Event Review: Musicians for Musicians’ First Open Meeting – MFM Introduces Itself To The Public

MFM jpg logoDate: December 8th, 2015
Location: CA Music Room (Manhattan)

Review by Dawoud Kringle

On Tuesday, December 8th, Musicians for Musicians, the brainchild of musician / activist Sohrab Saadat Ladjavardi, held its first open meeting at the CA Music Room in NYC.

One must wonder how the presentation of a fledgling activist foundation, which attempts to operate on an entirely unprecedented model, will be accepted. Saadat has, in fact, placed his head upon the chopping block, and risked a lot in order to realize his vision of righting a great deal of wrong in the music business. And it’s obvious Saadat’s prime motive is to help and empower musicians. His vision would provide a catalyst for musicians to become a force to reckon with.

This meeting would, in fact, determine the future success or failure of MFM.

All things considered, it was a success.

Saadat held court for much of the meeting, taking pains to explain the goals and processes of MFM, the absolutely essential need for musicians to refuse to accept the abuse and exploitation we’ve been subject to, and to take action to change this.

And he is right.

I think that the best part of the meeting was the opening up of new ideas, and expression of different perspectives on old ones. The operational parameters of MFM were challenged and criticized in a way that searched for potential flaws; not to bring it down, but to support it and see to its success. This was brought to the table side by side with all manner of good ideas that show how multi-faceted the possibilities of MFM can be.

One essential idea that was voiced was the inescapable need to more clearly define a workable business model that MFM will operate from. MFM is still a work in progress. Despite being Saadat’s vision, no one person can define MFM in its totality. An infusion of new ideas and perspectives is essential for its survival and success.

Another idea that was brought up was the consideration of an ecological economy in the music business. To be sure, that ecology is experiencing an unmitigated disaster! But looking at it from a complete perspective is a key to not only diagnosing the real nature of the problems, but implementing a workable remedy.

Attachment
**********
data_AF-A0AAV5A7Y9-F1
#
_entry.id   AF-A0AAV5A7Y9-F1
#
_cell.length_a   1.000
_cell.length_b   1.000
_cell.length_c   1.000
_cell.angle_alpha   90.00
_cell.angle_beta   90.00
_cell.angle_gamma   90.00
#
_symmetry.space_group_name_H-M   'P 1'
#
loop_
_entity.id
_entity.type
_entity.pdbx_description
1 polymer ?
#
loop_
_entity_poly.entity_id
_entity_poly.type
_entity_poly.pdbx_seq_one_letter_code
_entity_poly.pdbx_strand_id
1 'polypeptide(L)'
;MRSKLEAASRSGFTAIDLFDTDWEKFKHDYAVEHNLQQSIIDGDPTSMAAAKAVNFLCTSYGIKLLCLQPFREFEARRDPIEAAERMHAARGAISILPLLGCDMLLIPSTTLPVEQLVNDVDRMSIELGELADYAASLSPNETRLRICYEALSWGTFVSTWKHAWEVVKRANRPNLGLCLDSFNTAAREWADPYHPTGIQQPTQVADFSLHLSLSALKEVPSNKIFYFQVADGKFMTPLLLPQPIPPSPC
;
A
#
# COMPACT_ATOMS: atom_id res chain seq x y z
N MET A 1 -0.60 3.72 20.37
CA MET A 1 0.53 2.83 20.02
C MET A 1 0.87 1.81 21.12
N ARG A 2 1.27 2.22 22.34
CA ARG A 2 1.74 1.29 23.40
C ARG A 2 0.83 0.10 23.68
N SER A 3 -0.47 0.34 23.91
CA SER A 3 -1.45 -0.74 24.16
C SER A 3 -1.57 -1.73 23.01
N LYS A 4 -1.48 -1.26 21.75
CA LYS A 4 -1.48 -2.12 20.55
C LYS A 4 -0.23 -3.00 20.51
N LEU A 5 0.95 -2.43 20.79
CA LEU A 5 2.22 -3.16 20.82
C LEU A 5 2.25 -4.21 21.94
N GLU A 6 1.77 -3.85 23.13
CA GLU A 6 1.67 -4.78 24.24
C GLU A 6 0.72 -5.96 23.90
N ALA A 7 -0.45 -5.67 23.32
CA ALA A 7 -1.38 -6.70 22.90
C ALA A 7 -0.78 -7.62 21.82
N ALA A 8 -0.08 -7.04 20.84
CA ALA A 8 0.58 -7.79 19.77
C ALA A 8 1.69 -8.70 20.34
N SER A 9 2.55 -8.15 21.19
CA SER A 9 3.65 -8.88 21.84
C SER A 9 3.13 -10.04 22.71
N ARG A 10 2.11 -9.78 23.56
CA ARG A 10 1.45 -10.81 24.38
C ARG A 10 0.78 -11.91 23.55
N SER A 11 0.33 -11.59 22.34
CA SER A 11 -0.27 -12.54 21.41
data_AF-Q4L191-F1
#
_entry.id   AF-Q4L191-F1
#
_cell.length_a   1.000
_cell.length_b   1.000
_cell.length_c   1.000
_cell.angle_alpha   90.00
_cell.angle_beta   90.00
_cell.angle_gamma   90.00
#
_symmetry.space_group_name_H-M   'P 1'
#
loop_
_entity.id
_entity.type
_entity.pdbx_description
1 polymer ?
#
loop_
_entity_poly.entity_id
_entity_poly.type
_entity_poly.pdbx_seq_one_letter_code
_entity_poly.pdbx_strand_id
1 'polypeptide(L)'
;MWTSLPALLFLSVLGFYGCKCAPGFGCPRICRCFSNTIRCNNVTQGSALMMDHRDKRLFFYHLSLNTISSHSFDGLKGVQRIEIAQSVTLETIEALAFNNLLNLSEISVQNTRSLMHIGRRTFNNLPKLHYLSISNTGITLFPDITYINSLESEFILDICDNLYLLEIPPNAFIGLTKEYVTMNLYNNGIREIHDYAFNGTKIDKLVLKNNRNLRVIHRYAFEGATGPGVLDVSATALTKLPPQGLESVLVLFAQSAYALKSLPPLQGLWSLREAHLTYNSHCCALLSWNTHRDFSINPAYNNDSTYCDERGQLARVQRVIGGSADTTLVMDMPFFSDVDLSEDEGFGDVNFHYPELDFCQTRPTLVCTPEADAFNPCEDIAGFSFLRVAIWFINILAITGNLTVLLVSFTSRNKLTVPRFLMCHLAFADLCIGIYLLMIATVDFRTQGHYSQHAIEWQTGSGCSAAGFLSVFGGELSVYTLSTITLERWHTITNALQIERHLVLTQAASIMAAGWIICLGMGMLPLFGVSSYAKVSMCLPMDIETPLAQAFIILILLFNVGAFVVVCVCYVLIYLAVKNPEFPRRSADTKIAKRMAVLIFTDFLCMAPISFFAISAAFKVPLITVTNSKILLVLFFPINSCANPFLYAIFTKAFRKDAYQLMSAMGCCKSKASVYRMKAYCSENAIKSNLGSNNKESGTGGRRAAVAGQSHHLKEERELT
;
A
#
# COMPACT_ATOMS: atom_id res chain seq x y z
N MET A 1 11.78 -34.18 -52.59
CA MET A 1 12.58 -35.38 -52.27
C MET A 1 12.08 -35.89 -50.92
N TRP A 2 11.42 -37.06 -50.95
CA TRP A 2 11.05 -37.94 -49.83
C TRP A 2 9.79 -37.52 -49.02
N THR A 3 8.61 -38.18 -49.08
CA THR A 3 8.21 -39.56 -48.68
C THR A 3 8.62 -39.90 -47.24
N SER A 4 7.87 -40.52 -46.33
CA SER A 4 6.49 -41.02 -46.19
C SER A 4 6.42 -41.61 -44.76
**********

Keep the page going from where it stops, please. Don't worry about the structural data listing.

This was explored from a variety of perspectives. Kali Z. Fasteau (multi-instrumentalist, composer) was in attendance. She mentioned the avoidance of bars and nightclubs. These venues have a track record of not only abusing musicians, but also creating an environment antithetical to the presentation of quality music. But while I personally think that avoiding them is a good idea (I believe that if you can’t beat them, starve them), they can’t be ignored. There are always going to be people who will go to clubs, who will associate clubs and bars with music, and who insist upon partying like a rock star to a backdrop of noisy music: and there will always be musicians who will insist upon playing in them. Ignoring this fact was an error on my part. Now, I’m forced to factor this into my assessment.

On a personal note, I’ve been advocating working toward building an autonomous and independent music business model. I mentioned my own independent (and very modest) concert productions. I believed from the beginning that this is a key to a solution; and I believe that now more than ever. For my own part, I will continue to do this.

Saadat offered a brief moment where he played a beautiful bluesy soprano saxophone solo, and then began a chant / rap of the main slogan of MFM: “Making Music is a Profession.” Despite the incongruity and near solecism of this interlude, his intention was obvious: start a musician’s meeting with music and spoken word. Clearly influenced by his socialist beliefs (Saadat is a staunch proponent of socialism, and often thinks within the ideological paradigms of socialism. This will doubtless influence the future of MFM as an ideology, organization, and business model), he wanted to present MFM’s slogans in a musical format similar to a labor protest song.

If the first public meeting is any indication, it is possible, and well within the realm of probability, that MFM members will find common ground to work from. To be sure, the tone and mood of the meeting, and the aggregate of ideas discussed, foretold a very promising beginning, and the possibility that Saadat’s vision will evolve into an impressive entity.